Editor's Note: A civilian review board has been proposed numerous times before the WV legislature for years, vigorously fought back by the WV State Police.

Such a board is likely the only solution to bring the agency back into reasonable performance, from top to bottom.

While most officers are honest and reasonable performers, the internal system of "green on green" is destructive, and has done little to bring professional supervision to the agency.

With the enormous influence exerted by the agency against review, it is highly unlikely such a move will be made. - Bob Weaver



By Gary Harki
Staff writer

In West Virginia, allegations of police misconduct, such as the alleged beating of Charleston lawyer Roger Wolfe, are investigated by police themselves.

However, there has been an effort by some, including at least one state lawmaker, to change that.

The creation of a citizen review board to look at complaints of police wrongdoing would help curb abuse, said Delegate John Doyle, D-Jefferson.

I think where this is in place, police managers end up doing a better job disciplining their own people," he said. "Just knowing that they have a review board to answer to usually does the trick."

Doyle said he has introduced bills in the Legislature to create a review board for at least the past six years, only to see them go nowhere.

Doyle's proposal called for the board to have at least five members with membership spread out all over the state. They would meet quarterly and would be paid, like many other state quasi-voluntary boards, $150 per meeting, Doyle said.

Many states and most large cities have some type of police review board, he said.

"We are not talking about something anyone would to do make a living," Doyle said. "You might want to require a percentage of the board have law enforcement experience but you would also want some who haven't to get the true citizen's perspective."

The state Advisory Committee to the U.S. Commission on Civil Rights has advocated for a police review board since the early 1990s, said lawyer and Fairmont State University professor Gregory Hinton. Hinton, a former mayor of Fairmont, served more than 20 years on the commission, including two terms at its chairman.

"My feeling is that there is abusive behavior in every profession, whether it is newspaper reporting, police, lawyers, what have you," he said. "The problem I see is a code of silence."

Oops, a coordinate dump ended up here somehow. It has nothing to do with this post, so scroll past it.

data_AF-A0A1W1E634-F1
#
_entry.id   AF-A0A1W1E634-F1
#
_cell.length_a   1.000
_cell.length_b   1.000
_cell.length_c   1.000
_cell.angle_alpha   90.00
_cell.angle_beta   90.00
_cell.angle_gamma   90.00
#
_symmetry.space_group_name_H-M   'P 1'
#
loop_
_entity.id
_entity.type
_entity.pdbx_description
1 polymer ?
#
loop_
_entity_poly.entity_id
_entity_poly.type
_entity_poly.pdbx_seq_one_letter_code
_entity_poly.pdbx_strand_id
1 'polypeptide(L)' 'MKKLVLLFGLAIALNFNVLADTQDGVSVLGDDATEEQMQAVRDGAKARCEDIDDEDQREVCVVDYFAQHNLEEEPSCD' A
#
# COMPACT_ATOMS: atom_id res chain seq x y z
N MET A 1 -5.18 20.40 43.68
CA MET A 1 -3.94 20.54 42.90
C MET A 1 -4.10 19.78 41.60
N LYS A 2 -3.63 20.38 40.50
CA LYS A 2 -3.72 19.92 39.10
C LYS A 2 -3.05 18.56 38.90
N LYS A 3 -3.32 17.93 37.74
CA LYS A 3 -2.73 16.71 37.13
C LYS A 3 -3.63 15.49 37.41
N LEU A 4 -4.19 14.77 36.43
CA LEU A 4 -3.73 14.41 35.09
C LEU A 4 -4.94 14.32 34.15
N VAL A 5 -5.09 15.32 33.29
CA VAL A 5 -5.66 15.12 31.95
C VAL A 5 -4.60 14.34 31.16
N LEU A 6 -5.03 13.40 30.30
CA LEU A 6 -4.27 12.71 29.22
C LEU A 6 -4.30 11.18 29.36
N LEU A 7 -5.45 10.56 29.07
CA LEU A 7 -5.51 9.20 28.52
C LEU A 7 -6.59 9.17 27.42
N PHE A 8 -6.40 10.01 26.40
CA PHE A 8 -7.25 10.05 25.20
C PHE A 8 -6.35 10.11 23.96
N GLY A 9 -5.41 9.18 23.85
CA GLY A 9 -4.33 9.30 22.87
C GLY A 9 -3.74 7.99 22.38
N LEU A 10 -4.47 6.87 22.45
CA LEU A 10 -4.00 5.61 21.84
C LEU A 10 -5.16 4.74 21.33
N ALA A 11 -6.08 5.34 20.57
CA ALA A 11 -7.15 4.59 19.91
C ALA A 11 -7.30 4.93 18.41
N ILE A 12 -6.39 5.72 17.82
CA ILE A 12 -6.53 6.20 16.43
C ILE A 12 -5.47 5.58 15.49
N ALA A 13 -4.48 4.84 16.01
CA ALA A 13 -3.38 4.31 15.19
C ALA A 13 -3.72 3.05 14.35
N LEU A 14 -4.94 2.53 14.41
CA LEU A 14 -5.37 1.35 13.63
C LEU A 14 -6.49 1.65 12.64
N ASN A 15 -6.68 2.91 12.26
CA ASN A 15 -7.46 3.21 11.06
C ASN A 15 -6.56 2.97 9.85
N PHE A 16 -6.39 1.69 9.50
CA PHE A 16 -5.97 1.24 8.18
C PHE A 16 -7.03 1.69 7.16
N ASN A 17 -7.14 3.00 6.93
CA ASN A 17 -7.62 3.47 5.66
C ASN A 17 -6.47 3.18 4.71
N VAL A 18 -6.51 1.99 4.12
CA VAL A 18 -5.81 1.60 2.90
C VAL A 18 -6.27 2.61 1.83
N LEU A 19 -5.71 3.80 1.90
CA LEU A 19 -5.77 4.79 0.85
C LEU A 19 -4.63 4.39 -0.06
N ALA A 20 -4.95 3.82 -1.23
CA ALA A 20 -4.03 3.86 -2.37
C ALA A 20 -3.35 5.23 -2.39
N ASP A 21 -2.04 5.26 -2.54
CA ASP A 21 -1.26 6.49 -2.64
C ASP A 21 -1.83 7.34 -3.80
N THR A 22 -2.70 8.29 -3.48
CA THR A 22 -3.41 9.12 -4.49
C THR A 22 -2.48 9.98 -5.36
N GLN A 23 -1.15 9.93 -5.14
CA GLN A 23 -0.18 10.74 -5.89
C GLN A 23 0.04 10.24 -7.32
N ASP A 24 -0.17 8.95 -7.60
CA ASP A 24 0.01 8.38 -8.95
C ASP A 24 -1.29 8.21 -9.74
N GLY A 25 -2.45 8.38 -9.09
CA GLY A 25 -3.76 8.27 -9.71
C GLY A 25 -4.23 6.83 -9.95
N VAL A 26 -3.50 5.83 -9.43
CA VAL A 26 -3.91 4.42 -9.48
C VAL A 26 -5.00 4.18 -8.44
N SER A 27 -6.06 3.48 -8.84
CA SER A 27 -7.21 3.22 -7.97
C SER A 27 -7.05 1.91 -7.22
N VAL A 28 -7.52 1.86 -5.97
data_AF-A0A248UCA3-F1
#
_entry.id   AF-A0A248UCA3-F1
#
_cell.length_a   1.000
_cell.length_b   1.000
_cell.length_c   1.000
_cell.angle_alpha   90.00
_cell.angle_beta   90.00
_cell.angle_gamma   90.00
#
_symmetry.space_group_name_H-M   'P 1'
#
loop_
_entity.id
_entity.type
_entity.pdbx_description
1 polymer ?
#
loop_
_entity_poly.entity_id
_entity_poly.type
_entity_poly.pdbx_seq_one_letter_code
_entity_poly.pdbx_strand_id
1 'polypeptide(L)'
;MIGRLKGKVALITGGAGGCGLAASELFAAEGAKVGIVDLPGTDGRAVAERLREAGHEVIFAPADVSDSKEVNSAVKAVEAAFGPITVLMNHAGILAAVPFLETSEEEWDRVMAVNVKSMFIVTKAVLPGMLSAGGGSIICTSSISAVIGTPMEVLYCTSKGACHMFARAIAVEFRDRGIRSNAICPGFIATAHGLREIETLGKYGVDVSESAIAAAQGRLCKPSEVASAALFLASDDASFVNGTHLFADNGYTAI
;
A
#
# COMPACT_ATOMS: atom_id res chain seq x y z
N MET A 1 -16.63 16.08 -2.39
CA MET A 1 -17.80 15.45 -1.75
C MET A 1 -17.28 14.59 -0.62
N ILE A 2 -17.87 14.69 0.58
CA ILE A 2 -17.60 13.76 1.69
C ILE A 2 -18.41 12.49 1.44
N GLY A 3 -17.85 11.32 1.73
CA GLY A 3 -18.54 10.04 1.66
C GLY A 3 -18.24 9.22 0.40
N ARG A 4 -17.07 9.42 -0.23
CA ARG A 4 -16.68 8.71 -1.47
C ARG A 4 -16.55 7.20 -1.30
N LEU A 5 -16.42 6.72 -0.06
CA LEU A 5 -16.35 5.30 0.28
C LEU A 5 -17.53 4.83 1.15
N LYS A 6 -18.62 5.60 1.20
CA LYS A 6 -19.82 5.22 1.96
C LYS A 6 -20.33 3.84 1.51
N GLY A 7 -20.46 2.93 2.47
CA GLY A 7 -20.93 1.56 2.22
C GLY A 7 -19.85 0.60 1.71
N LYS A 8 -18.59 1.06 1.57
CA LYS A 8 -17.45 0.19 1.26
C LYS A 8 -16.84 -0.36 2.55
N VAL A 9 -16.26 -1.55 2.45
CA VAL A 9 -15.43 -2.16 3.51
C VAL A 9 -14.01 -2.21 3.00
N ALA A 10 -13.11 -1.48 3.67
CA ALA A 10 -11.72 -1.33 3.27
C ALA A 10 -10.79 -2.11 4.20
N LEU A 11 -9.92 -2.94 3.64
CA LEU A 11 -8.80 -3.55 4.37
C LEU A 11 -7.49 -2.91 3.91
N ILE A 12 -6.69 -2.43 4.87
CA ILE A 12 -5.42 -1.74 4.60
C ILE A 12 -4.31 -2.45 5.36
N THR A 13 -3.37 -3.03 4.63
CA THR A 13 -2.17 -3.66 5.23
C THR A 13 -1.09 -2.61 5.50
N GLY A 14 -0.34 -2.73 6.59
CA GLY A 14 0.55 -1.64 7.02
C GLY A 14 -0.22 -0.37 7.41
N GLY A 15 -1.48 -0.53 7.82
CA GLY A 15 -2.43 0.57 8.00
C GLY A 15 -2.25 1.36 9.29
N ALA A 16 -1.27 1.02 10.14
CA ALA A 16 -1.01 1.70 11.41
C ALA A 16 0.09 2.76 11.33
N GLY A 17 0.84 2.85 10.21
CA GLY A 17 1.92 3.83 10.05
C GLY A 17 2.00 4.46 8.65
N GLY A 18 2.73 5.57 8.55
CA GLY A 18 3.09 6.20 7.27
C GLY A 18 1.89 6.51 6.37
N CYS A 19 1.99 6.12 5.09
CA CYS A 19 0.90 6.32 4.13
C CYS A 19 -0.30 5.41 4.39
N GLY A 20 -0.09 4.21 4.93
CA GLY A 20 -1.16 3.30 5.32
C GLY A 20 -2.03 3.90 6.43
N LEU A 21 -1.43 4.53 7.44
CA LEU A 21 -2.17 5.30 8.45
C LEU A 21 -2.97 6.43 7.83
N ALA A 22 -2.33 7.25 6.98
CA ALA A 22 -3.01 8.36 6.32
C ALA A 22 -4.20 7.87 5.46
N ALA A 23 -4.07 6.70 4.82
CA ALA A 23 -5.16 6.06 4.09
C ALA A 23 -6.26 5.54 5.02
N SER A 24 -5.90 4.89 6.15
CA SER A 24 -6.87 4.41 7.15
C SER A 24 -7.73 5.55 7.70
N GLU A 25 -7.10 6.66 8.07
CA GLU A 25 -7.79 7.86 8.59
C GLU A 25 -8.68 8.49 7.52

A 2004 report issued by the advisory committee documents instances of abuse by police going back to 1997 and recommends the creation of a review board.

"I think with a citizen review board you don't have to worry about a code of silence," Hinton said. "You have people look at it and give it as much objectivity as possible. ... Frankly a citizen review board might deter this kind of conduct in the first place."

Doyle said he is in favor of citizens' review boards for all police in the state but that a good start would be a setting up a board for the West Virginia State Police.

I do buy the idea that if we force this on local governments it's an unfunded mandate," he said. "I brought it up again this year. It never has any chance of getting on the agenda."

A part of the reason for that is that in the past, the State Police have strongly opposed it, Doyle said.

"I am sorry they have done that and I think they are wrong. Usually I am a strong supporter on things they want. On this we disagree," Doyle said.

Military Affairs and Public Safety Secretary Jim Spears said the issue has not been brought before him.

"We are open to suggestions for how to make our system the best it can be," he said. "We are open to considering any suggestions."

It would be important to have the review board outside of the Department of Military Affairs and Public Safety, which is over the State Police, Doyle said.

"There is a chance that it would just get co-opted," he said. "You might have it in say, the Department of Health and Human Resources."

There would probably need to be some full-time staff, Doyle said.

"Now 95 percent of our state troopers are first-rate people. But every now and then you get a bad apple, as happens in any organization," Doyle said. "And there is a tendency among some managers in police to let things go a little too long before there is discipline."

At public hearings held by the civil rights advisory committee, complaints about law enforcement were a constant, Hinton said.

I want to make it clear that I think most police officers are good and respectable. But the ones that are bad are very bad," Hinton said. "Rabbi [Abraham Joshua] Heschel said, 'Indifference to evil is more insidious than evil itself.' I would agree with that."